How to Sell Ebooks on Amazon
Nothing frustrate an author more than to spend time time and resource in writing and publishing book but couldn’t make a dollar from the book. Thanks to platform like Amazon who gave self-publishers the opportunity to sell their book by connecting them to readers all over the world.
As big as Amazon is, many do publish on Amazon but only few authors actually sell. But the formula behind how to sell ebooks on Amazon is actually very simple:
Traffic x Conversion = Sales
Traffic gets visitors to your book page, while conversion turns them into buyers.
In this post, I will be talking about this formula and how you can use it to make money as an author selling your book on Amazon. We will start with conversion, and show you how to optimize your Amazon book page. Then we’ll discuss strategies for increasing the amount of traffic to your book page in the first place.
1. A good book cover design
The very first thing that will introduce your book to the readers is your Book Cover. There maybe over 10,000 books on Amazon that has the same title as yours and also fell on the same category. To different your book and to attract readers in a competitive market and sell ebooks on Amazon, you’ll need to hold your own among Big 5 books — starting with your cover design. This is why we recommend that self-published authors hire a professional cover designer. Think of it as an investment: you’ve spent all this time and resources writing your ebook, so don’t give readers a reason not to read it by publishing it with a cover that looks unprofessional.
Understand that every genre has its own visual style and favored motifs, and you should use them to your advantage in case you want to design the cover by yourself. In the end, they serve to communicate with potential buyers, showing them that they have found what they are looking for in your book.
2. Write a catchier book description
Another thing you should give your attention too, is the book description. This is another strategy that can determine if readers will buy your book or not. Your book description tells would-be readers what your book is about and, more importantly, why they should buy. Use it as an opportunity to hype it up — think sales copy, not high school book report!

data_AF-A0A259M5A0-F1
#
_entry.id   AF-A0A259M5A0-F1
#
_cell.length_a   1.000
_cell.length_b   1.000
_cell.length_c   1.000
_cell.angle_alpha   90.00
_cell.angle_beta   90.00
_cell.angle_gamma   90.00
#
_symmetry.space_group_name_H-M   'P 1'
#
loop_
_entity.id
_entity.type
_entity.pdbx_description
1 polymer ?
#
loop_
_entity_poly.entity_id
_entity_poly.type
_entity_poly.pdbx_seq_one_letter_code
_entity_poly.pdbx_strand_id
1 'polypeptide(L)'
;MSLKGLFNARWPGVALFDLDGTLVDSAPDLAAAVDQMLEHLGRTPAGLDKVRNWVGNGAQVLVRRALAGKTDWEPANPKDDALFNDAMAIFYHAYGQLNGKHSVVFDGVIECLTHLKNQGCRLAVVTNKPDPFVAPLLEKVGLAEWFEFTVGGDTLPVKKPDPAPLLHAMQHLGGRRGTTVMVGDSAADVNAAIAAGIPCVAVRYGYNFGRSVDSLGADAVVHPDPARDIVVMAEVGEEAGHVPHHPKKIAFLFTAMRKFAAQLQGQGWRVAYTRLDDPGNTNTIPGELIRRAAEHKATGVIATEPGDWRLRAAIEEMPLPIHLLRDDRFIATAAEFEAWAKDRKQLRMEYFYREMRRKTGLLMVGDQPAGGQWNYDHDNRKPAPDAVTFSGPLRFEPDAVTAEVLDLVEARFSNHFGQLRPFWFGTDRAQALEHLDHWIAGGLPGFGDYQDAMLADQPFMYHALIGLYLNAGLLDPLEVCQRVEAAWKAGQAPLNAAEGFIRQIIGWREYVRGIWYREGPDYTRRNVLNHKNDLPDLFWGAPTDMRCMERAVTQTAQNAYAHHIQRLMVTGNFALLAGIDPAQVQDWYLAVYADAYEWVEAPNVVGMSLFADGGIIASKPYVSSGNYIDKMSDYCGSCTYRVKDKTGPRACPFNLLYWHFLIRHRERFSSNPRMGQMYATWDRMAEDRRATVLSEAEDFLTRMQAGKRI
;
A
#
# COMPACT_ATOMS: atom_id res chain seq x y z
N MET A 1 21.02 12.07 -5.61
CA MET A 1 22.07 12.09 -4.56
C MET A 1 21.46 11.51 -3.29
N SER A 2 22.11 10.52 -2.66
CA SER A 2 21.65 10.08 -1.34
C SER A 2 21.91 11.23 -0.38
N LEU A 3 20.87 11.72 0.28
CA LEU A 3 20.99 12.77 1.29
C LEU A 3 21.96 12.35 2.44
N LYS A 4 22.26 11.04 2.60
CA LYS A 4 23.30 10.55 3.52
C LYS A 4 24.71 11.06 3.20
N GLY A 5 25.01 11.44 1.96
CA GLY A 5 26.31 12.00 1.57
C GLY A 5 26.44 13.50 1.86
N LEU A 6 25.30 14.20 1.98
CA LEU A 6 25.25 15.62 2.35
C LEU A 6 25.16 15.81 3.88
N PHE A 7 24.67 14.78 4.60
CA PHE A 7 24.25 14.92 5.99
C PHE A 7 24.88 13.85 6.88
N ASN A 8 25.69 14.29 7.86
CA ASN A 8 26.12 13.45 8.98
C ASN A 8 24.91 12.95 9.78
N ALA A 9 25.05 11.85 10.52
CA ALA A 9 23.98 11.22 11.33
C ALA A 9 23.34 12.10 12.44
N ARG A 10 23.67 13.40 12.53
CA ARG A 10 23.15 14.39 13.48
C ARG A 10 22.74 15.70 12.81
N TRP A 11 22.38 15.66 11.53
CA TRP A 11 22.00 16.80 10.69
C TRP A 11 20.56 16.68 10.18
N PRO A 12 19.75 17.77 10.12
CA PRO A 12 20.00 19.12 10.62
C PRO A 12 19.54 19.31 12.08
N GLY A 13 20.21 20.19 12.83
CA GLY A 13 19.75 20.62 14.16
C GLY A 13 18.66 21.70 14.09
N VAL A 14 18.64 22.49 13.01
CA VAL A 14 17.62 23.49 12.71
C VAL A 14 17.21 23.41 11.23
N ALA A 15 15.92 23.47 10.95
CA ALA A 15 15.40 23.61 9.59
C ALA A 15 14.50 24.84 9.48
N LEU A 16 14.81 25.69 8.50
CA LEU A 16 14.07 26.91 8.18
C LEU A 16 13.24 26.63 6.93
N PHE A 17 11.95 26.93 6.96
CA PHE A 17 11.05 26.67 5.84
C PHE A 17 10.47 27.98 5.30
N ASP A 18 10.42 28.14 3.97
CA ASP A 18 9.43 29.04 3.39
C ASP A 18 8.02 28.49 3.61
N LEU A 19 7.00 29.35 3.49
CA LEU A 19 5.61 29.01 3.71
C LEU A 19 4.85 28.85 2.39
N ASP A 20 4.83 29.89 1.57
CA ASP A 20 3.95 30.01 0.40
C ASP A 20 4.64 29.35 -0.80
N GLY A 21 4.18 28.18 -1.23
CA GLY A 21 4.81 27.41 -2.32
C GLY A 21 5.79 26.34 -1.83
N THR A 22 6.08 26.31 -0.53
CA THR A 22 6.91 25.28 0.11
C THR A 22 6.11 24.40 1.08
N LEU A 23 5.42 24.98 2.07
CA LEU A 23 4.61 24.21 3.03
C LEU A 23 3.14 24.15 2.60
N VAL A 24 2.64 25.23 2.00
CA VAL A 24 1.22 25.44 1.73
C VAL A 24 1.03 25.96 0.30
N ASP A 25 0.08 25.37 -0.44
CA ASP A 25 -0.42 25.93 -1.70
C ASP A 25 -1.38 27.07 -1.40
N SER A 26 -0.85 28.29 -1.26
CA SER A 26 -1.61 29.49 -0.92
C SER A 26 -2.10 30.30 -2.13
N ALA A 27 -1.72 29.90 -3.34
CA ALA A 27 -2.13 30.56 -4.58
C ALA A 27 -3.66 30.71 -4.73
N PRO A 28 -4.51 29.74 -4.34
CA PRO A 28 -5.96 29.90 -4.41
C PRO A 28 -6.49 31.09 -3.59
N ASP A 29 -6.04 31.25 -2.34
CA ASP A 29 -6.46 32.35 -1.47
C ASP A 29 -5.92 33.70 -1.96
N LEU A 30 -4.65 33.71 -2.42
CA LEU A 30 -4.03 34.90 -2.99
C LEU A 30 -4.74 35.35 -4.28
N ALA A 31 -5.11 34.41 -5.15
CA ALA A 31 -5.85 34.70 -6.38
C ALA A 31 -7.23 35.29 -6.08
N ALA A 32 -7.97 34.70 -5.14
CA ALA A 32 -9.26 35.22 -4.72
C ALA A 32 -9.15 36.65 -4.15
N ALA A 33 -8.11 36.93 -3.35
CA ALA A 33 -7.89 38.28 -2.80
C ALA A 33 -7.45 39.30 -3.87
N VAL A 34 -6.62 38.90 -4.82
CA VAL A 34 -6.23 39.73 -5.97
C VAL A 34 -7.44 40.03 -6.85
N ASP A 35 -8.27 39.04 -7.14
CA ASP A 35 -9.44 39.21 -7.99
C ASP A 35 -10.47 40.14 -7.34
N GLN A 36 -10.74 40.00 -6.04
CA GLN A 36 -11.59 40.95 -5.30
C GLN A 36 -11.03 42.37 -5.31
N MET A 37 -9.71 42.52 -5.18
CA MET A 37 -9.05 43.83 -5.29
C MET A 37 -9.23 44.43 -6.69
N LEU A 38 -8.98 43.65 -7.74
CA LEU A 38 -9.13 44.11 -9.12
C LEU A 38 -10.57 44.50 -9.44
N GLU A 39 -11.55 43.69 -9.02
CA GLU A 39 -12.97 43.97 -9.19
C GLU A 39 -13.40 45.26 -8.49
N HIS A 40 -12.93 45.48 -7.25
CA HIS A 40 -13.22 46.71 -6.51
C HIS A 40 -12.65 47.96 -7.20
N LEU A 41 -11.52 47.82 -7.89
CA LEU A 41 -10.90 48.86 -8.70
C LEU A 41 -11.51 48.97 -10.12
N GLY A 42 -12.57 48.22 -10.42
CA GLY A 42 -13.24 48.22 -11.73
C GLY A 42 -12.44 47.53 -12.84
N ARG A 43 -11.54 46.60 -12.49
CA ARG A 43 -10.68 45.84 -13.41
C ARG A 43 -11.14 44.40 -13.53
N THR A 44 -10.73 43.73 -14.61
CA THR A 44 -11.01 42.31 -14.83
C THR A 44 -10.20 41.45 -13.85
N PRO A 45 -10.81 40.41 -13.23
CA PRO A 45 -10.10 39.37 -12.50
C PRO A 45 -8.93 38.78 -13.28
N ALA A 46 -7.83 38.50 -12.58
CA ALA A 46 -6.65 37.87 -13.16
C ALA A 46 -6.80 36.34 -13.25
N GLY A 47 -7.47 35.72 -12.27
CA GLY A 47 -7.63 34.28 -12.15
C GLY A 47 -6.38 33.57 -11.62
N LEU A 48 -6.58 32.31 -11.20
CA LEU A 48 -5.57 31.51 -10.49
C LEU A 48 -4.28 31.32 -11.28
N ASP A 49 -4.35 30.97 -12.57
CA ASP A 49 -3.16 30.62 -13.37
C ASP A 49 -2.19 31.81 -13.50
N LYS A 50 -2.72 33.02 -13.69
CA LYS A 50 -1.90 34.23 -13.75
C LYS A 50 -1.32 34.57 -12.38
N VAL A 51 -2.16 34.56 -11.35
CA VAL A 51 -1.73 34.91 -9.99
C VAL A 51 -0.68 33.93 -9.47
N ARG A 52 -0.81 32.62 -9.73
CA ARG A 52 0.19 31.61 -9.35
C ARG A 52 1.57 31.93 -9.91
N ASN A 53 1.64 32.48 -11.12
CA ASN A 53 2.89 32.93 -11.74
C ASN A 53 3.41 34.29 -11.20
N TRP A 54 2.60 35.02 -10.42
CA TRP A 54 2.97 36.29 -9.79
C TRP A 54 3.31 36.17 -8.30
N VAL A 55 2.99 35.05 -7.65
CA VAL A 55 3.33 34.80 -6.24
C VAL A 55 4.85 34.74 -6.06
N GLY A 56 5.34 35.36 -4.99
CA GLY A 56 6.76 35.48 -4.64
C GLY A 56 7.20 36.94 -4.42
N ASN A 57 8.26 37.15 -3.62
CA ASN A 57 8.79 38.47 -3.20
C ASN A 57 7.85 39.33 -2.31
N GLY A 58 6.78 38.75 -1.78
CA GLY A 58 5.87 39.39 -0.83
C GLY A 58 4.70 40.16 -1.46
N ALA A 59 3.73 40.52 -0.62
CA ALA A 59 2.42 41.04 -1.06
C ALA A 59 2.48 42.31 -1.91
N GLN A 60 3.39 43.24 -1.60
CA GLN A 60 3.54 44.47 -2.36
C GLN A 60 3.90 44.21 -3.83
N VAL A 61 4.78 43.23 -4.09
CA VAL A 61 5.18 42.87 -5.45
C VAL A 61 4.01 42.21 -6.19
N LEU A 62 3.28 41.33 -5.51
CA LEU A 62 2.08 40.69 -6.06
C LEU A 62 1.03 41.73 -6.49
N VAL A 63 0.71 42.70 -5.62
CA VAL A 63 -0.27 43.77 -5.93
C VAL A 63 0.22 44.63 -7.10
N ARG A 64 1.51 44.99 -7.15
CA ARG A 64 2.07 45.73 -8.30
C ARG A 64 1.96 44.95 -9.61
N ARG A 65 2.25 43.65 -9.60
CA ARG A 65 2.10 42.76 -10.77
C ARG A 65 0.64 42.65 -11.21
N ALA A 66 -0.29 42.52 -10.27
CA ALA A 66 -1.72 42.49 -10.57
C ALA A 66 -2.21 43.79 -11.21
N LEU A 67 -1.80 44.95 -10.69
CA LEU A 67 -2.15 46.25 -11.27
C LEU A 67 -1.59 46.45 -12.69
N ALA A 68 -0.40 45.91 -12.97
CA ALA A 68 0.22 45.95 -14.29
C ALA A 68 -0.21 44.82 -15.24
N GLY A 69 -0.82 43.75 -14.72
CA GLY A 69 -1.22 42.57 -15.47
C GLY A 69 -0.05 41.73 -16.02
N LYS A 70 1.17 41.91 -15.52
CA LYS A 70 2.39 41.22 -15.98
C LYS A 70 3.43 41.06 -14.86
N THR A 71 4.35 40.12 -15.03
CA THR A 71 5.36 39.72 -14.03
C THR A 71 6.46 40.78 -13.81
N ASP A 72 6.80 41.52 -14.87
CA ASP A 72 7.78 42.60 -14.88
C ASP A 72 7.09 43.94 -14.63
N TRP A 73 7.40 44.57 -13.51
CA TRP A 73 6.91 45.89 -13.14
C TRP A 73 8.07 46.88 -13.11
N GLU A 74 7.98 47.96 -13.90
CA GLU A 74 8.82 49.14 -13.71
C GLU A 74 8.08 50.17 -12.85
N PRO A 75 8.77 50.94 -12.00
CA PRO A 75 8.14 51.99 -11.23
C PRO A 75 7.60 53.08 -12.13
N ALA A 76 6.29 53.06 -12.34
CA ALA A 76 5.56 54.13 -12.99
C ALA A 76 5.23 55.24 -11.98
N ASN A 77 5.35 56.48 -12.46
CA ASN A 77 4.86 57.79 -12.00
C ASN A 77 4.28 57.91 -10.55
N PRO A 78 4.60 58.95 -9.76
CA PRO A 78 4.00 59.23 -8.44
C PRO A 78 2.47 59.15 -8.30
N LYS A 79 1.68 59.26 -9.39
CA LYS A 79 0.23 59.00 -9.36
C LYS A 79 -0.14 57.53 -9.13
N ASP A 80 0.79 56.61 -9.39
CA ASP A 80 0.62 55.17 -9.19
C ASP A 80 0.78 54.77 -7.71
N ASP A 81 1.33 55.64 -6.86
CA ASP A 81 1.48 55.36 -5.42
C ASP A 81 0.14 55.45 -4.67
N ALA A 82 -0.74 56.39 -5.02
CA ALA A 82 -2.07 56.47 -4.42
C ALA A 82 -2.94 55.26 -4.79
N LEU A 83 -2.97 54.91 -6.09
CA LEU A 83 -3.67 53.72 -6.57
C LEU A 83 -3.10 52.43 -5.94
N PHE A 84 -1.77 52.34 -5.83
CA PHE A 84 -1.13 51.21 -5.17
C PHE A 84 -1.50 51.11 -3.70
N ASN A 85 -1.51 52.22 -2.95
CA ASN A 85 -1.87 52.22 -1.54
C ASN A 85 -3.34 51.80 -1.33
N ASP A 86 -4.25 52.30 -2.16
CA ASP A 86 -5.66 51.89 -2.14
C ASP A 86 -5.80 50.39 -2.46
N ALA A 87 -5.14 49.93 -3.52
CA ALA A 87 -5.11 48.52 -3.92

Remember, your book description will be most readers’ first point of contact with your writing. If they don’t like what they see, they’ll have no reason to want another several hundred pages of the same. Let’s quickly go through the basics right here.
Hook the reader with your opening line
Your opening needs to immediately grab readers’ attention. One foolproof way to do that is with social validation: offer evidence that other people like your work, whether that’s an impressive sales figure or a quote from a glowing review. Don’t have anything like that just yet? Not to worry — just make your headline snappy and exciting.
Amazon supports formatting for your book description, so feel free to make your headline pop with some different visual styles. You will want to keep your blurb relatively simple, visually speaking, but this opening is the perfect place to grab attention with one or more of the following:
- Bolding: <b>this is the text you want in bold</b>
- Italics: <i>this is the text you want in italics</i>
- Blockquote: <blockquote>this is the text you want formatted as an indented quote</blockquote>
Don’t explain every detail — just give the reader a taste of what to expect
The book description is where you tell readers what your book is about, without giving away the goods before they have paid. Don’t overwhelm them with a blow-by-blow summary. The last thing you want is to sound like you’re trying to prove you have actually read your own book.